Things had changed in China.

Paul and I spent a lot of time just wandering around Shanghai. In 1993, Shanghai was a city in transition. Cranes and scaffolding were everywhere as the city's officials attempted to transform Shanghai into China's number one, no, Asia's number one, most modern city. Meaning that in 1993, things were kind of a mess. The Bund, that stretch of classic European buildings that front the Huangpo River, was beautiful. Shanghai's gardens, lovely. But then there was the Pudong New City rising across the river, with its landmark that dominated the Shanghai skyline, the Oriental Pearl TV tower. I don't know what it is about Chinese cities, but they seem to have this weird thing for TV towers. Every city that wants to be important has one. The Oriental Pearl epitomizes the form: it is this huge Tinkertoy tower with a bulbous, well, bulb on top, a giant pink bulb. It is maybe one of the ugliest constructions you will ever see, sort of like Disney's Tomorrowland on some bad combination of steroids and hallucinogens.

The rest of Shanghai, at that time, was a seemingly random conglomeration of old and new and everything in between, elegant French style buildings, moldering in the damp, proletariat concrete block, graceful traditional Chinese roofs and walls, cheap-looking glassy modern boxes, weird fantasies of foreign styles, like the new Muslim restaurant that resembled a stucco mosque. Everywhere was traffic, swarms of little red taxis that filled the streets, scuttling in and out of narrow lanes never designed for cars. Towards the end of the festival, a Shanghai city official asked me what I thought of Shanghai. He was a short, solid man in a black suit who moved as though there were no possibility that his torso could ever bend in any way other than a sharp angle. A stiff, in other words. "Please, give us your criticisms, so that we might improve," he'd said.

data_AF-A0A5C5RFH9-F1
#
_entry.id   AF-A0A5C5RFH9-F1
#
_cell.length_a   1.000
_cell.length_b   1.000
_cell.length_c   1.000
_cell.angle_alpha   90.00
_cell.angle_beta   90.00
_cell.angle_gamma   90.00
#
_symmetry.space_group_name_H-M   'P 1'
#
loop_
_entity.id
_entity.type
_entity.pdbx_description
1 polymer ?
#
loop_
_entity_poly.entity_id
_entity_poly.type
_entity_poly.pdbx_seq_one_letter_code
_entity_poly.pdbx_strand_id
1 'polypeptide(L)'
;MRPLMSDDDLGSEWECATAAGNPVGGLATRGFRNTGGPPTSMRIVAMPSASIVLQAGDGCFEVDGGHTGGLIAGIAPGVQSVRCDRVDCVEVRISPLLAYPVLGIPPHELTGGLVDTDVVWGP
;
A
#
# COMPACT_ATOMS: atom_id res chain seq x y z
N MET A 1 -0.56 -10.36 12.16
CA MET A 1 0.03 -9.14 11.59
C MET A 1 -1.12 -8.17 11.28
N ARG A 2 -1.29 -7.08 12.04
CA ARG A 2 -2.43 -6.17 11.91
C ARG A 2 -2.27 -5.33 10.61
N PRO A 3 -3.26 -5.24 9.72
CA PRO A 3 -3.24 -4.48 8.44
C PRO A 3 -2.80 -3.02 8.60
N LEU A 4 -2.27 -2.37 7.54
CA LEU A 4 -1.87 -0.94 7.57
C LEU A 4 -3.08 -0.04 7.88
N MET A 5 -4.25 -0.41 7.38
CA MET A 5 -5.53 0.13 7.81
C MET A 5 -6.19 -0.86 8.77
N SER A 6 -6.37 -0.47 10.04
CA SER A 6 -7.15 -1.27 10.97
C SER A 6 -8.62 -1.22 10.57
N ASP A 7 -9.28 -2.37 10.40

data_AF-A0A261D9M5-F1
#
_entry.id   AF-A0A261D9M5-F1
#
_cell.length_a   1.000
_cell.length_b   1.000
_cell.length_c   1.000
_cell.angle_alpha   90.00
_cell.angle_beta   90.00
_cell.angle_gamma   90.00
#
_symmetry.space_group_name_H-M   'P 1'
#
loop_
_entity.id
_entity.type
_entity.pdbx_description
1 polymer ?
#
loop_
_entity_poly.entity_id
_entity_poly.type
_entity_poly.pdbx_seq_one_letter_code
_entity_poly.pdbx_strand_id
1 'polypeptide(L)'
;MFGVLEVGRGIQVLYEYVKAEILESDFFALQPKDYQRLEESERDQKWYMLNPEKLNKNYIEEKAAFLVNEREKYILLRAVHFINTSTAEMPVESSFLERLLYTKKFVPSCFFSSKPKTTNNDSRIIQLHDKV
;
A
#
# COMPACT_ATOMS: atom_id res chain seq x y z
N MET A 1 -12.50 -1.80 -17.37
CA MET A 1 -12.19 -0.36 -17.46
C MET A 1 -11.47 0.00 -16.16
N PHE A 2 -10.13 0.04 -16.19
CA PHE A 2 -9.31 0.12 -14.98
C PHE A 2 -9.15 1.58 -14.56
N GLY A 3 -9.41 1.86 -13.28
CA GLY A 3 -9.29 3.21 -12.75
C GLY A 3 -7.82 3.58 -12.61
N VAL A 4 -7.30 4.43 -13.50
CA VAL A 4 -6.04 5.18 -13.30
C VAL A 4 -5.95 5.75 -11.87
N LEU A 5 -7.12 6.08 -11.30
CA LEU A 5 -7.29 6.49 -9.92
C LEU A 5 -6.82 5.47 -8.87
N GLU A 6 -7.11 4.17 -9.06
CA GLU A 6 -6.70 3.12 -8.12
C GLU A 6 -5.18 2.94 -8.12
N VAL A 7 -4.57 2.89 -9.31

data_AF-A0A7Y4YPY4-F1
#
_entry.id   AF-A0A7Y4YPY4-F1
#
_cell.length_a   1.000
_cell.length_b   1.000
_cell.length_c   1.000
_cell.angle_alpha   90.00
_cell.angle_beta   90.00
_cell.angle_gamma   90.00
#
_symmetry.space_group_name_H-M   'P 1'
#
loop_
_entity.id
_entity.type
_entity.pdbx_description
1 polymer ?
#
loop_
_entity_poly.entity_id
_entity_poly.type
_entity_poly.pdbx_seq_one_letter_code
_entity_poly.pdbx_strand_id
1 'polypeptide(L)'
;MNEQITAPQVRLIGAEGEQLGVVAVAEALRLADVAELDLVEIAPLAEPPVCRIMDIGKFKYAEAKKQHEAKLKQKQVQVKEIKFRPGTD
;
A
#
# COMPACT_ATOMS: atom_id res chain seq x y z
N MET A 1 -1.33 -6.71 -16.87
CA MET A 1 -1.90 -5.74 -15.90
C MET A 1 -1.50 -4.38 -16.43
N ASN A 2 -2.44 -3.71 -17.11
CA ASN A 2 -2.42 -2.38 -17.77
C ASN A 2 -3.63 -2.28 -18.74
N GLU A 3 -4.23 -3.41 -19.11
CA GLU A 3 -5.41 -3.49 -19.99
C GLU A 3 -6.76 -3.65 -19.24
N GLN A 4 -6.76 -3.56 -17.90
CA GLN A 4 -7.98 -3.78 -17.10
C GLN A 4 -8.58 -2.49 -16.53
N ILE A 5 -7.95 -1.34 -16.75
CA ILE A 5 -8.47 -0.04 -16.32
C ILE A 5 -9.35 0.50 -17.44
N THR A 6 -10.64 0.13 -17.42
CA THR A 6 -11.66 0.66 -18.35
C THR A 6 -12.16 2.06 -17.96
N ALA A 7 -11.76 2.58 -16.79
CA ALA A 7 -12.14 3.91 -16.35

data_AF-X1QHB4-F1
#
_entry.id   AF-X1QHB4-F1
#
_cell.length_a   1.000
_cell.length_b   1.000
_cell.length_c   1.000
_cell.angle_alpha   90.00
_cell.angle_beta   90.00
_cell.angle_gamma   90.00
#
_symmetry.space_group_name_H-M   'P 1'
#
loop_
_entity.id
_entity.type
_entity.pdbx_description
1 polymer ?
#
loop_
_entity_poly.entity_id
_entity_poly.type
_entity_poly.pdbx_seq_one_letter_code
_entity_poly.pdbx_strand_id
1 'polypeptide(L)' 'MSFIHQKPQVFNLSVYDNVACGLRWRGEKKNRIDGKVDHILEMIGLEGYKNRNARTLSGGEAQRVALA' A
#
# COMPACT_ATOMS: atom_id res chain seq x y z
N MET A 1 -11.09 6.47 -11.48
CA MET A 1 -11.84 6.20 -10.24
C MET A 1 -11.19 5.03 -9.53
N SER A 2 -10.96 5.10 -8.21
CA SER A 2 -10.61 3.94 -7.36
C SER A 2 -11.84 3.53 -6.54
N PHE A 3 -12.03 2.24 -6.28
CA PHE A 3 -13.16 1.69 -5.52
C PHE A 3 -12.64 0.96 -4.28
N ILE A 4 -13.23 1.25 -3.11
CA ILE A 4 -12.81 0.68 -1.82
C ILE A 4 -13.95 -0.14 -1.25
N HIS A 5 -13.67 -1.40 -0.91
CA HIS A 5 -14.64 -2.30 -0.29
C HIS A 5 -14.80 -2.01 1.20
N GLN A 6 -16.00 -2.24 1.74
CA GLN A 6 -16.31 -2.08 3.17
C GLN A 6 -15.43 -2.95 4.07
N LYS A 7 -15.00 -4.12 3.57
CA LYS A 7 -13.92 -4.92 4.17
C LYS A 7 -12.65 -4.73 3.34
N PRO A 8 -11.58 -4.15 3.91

"Well," I'd said cautiously. "Shanghai is a wonderful city. But...you might want to think about some mass transit. Because with the traffic, it's very hard to get around. And...maybe it's not such a good idea to have factories next to tourist hotels."

Okay, I was young and dumb, but instead of saying something obvious like, "yes, naive young American woman, we are working on these issues," this fellow bristled defensively and immediately changed the subject.

Still, I was in a near-constant state of culture shock during that visit to Shanghai. I felt like I was some hick from the Chinese countryside, staring at the big city lights. Benetton? They had Benetton stores? In China? Euro designer shops? Real coffee? I mean, in 1979 you had a choice between PLA green Mao suits and dark blue Mao suits. You had to use clothing coupons. You could not go and buy a groovy sweater at a Benetton store, for chrissakes!

2 comments:

JR said...

Lisa,

I don't think the triad society controlled the whole movie industry in Hong Kong, but part of the cheesy movies in Hong Kong are made by gangsters, and there are many of them.

Other Lisa said...

Dear JR,

Thanks for writing. I'll have to see if I can dig up that New Yorker article. As I recall, it said even names as big as Jackie Chan had run into problems with the triads - but like you said, I'm sure the bigger players in Hong Kong films aren't gangsters! I was just surprised that what this fellow told me was true at all - it seemed like such a fantastical tale at the time...